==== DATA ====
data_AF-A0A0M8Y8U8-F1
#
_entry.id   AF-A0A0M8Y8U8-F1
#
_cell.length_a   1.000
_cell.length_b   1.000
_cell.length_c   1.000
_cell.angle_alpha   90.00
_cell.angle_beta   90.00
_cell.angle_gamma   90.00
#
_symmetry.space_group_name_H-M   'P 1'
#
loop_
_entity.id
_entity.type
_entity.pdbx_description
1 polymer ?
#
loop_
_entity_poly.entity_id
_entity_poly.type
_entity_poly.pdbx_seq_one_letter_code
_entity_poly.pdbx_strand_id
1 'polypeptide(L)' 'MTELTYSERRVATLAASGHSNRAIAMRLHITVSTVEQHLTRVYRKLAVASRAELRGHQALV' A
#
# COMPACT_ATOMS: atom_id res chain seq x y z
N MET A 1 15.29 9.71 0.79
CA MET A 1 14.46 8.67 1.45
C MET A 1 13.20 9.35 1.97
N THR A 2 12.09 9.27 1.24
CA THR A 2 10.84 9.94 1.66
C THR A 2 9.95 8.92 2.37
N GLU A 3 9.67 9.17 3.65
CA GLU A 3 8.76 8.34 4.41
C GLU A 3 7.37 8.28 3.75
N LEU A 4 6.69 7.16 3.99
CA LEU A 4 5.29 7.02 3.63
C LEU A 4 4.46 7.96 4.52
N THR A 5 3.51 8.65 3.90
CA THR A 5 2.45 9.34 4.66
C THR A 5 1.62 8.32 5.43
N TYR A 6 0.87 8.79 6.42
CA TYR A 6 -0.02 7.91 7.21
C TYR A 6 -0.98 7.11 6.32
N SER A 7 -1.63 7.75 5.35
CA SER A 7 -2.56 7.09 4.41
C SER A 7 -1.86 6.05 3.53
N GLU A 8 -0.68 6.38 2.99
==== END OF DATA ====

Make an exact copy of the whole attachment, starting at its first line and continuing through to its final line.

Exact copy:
data_AF-A0A0M8Y8U8-F1
#
_entry.id   AF-A0A0M8Y8U8-F1
#
_cell.length_a   1.000
_cell.length_b   1.000
_cell.length_c   1.000
_cell.angle_alpha   90.00
_cell.angle_beta   90.00
_cell.angle_gamma   90.00
#
_symmetry.space_group_name_H-M   'P 1'
#
loop_
_entity.id
_entity.type
_entity.pdbx_description
1 polymer ?
#
loop_
_entity_poly.entity_id
_entity_poly.type
_entity_poly.pdbx_seq_one_letter_code
_entity_poly.pdbx_strand_id
1 'polypeptide(L)' 'MTELTYSERRVATLAASGHSNRAIAMRLHITVSTVEQHLTRVYRKLAVASRAELRGHQALV' A
#
# COMPACT_ATOMS: atom_id res chain seq x y z
N MET A 1 15.29 9.71 0.79
CA MET A 1 14.46 8.67 1.45
C MET A 1 13.20 9.35 1.97
N THR A 2 12.09 9.27 1.24
CA THR A 2 10.84 9.94 1.66
C THR A 2 9.95 8.92 2.37
N GLU A 3 9.67 9.17 3.65
CA GLU A 3 8.76 8.34 4.41
C GLU A 3 7.37 8.28 3.75
N LEU A 4 6.69 7.16 3.99
CA LEU A 4 5.29 7.02 3.63
C LEU A 4 4.46 7.96 4.52
N THR A 5 3.51 8.65 3.90
CA THR A 5 2.45 9.34 4.66
C THR A 5 1.62 8.32 5.43
N TYR A 6 0.87 8.79 6.42
CA TYR A 6 -0.02 7.91 7.21
C TYR A 6 -0.98 7.11 6.32
N SER A 7 -1.63 7.75 5.35
CA SER A 7 -2.56 7.09 4.41
C SER A 7 -1.86 6.05 3.53
N GLU A 8 -0.68 6.38 2.99